One Year on From Lockdown: Preparing for a Post-Pandemic Workplace II | EAPA-SA

Soft skills refer to both character traits and interpersonal skills that will influence how well an individual can work or interact with others.  In the world of work they can be described as non-technical skills and are sometimes referred to as transferable skills or professional skills. These skills make it easier for an employee to form relationships with colleagues, to create trust and offer dependability. Soft skills also enhance the ability to lead teams.

Most interactions with other people require some level of soft skills, yet the importance of nurturing these soft skills is often undervalued by employers. There is generally far less workplace training provided for soft skills than for hard skills, such as computer or project management skills. As such, organisations seem to expect people to know how to behave on the job and to naturally grasp the importance of soft skills such as taking initiative, communicating effectively and listening, which often is not the case. 1

Yet, when it comes to the hiring of top talent: as the world of work heads toward a new normal in the wake of the coronavirus – a world that incorporates the ever-increasing use of digital technology and a rise in employees working from home, no matter the level of employee’s seniority, their role or the industry they work in, soft skills have risen to the forefront in hiring and recruitment decisions.

In this new normal, it’s important to know which soft skills are critical for effective remote work and how managers can best identify and bring out those skills in their direct reports. 2

The ability to communicate tops the list

Communication skills (being the ability for leaders and employees to communicate via the spoken and written word) are arguably the most important soft skills in the workplace – in nearly every position, in every workplace, in every industry. Communication skills can be learned and improved upon with the right training, but it may take time for employees to learn and practice effective communication skills, particularly if team members come from diverse cultural backgrounds, are not communicating in their first language at work or if an individual has a naturally shy disposition.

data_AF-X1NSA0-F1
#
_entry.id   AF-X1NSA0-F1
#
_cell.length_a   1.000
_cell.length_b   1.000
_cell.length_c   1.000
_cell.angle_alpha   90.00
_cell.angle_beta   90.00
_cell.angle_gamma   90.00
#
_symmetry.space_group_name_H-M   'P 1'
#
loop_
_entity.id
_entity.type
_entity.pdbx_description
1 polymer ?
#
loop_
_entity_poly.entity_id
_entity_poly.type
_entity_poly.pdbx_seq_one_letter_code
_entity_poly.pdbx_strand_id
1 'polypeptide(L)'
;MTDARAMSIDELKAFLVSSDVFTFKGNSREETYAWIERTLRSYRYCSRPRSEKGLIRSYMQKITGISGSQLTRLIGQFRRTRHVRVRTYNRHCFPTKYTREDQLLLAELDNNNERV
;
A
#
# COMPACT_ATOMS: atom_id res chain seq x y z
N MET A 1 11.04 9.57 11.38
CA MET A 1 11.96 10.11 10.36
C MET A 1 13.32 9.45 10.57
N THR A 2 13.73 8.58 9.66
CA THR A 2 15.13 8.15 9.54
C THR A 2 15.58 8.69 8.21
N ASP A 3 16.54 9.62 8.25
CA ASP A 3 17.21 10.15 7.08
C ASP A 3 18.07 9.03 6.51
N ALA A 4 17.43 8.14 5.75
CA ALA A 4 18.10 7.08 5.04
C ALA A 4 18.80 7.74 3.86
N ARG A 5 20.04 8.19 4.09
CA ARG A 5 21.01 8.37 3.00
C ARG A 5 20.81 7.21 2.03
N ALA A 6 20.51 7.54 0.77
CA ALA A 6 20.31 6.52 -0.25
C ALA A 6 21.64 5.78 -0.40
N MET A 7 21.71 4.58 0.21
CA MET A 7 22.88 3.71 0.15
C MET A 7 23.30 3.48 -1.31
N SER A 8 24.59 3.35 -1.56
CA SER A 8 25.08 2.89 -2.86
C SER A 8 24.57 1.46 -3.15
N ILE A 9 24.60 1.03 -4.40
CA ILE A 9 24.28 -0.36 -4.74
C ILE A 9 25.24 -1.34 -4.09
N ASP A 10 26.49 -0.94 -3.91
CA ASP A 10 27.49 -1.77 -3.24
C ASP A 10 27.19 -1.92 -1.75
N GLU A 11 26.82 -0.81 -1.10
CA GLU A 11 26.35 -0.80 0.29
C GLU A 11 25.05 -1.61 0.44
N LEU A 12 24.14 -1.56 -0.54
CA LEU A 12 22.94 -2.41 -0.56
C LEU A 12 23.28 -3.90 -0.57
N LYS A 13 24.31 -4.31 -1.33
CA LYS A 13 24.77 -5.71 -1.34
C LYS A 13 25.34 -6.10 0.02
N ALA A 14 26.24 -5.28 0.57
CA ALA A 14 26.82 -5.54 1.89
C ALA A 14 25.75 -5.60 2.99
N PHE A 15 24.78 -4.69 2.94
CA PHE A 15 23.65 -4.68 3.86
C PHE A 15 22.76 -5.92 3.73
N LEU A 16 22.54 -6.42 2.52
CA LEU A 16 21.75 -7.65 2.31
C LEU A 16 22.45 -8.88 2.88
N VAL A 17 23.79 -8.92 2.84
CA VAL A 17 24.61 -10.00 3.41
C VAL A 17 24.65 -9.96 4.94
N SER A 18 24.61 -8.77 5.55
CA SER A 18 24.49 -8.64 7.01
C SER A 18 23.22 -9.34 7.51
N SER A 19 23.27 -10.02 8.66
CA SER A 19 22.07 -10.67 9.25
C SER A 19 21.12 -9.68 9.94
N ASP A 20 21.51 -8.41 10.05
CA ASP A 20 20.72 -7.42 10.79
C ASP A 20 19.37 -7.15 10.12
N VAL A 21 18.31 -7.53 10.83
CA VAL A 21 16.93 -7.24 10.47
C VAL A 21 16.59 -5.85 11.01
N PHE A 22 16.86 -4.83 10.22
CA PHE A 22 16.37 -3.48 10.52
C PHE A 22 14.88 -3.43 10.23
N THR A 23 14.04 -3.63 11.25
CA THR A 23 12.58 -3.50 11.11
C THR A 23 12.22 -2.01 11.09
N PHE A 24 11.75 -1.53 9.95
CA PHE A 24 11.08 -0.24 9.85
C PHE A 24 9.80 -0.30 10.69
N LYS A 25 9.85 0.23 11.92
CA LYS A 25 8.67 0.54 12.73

“Communication skills can be learned and improved upon with the right training, but it may take time for employees to learn and practice effective communication skills…”

As the importance of strong communication is essential to the success of an organisation, here are five key aspects that are affected by communications skills:

  • Team building: Building an effective team is actually all about how members of the team communicate and collaborate. By implementing effective strategies to boost communication leaders will go a long way toward building effective teams. In turn, this will boost morale and improve employee satisfaction.
  • Empowering communication: Competent communication is not just the ability to speak to people but to empower members of a team to speak to each other. Facilitating strong communication channels is key. 
  • Employee satisfaction: Employee satisfaction hinges on them having a voice and being listened to, whether it be in regards to voicing an idea they have or about a complaint they need to make. Well established lines of communication should afford everyone, no matter their level, the ability to freely communicate with their peers, colleagues and superiors.